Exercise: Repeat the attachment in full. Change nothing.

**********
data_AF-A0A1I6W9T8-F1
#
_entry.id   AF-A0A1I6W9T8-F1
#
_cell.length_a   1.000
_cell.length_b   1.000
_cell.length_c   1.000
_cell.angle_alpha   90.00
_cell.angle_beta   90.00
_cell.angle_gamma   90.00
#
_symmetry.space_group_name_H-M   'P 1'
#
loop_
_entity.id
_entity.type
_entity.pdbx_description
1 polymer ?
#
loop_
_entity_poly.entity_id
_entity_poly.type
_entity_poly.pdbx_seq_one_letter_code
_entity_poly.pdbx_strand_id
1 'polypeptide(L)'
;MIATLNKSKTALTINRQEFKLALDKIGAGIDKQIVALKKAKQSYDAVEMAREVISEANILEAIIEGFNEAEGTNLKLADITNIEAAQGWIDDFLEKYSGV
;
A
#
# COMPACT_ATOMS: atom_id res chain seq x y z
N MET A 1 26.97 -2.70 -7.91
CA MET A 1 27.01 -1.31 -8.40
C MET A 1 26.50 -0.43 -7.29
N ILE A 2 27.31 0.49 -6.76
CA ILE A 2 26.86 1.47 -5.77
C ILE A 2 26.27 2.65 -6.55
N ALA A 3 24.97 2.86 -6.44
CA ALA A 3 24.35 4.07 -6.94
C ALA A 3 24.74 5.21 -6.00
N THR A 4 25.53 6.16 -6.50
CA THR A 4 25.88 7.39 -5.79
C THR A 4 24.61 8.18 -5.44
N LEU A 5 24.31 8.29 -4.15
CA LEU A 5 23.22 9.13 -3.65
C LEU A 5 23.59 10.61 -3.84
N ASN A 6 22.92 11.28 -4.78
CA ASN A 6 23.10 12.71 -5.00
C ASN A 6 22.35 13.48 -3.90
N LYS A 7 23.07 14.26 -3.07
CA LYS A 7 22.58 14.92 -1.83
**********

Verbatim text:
data_AF-A0A1I6W9T8-F1
#
_entry.id   AF-A0A1I6W9T8-F1
#
_cell.length_a   1.000
_cell.length_b   1.000
_cell.length_c   1.000
_cell.angle_alpha   90.00
_cell.angle_beta   90.00
_cell.angle_gamma   90.00
#
_symmetry.space_group_name_H-M   'P 1'
#
loop_
_entity.id
_entity.type
_entity.pdbx_description
1 polymer ?
#
loop_
_entity_poly.entity_id
_entity_poly.type
_entity_poly.pdbx_seq_one_letter_code
_entity_poly.pdbx_strand_id
1 'polypeptide(L)'
;MIATLNKSKTALTINRQEFKLALDKIGAGIDKQIVALKKAKQSYDAVEMAREVISEANILEAIIEGFNEAEGTNLKLADITNIEAAQGWIDDFLEKYSGV
;
A
#
# COMPACT_ATOMS: atom_id res chain seq x y z
N MET A 1 26.97 -2.70 -7.91
CA MET A 1 27.01 -1.31 -8.40
C MET A 1 26.50 -0.43 -7.29
N ILE A 2 27.31 0.49 -6.76
CA ILE A 2 26.86 1.47 -5.77
C ILE A 2 26.27 2.65 -6.55
N ALA A 3 24.97 2.86 -6.44
CA ALA A 3 24.35 4.07 -6.94
C ALA A 3 24.74 5.21 -6.00
N THR A 4 25.53 6.16 -6.50
CA THR A 4 25.88 7.39 -5.79
C THR A 4 24.61 8.18 -5.44
N LEU A 5 24.31 8.29 -4.15
CA LEU A 5 23.22 9.13 -3.65
C LEU A 5 23.59 10.61 -3.84
N ASN A 6 22.92 11.28 -4.78
CA ASN A 6 23.10 12.71 -5.00
C ASN A 6 22.35 13.48 -3.90
N LYS A 7 23.07 14.26 -3.07
CA LYS A 7 22.58 14.92 -1.83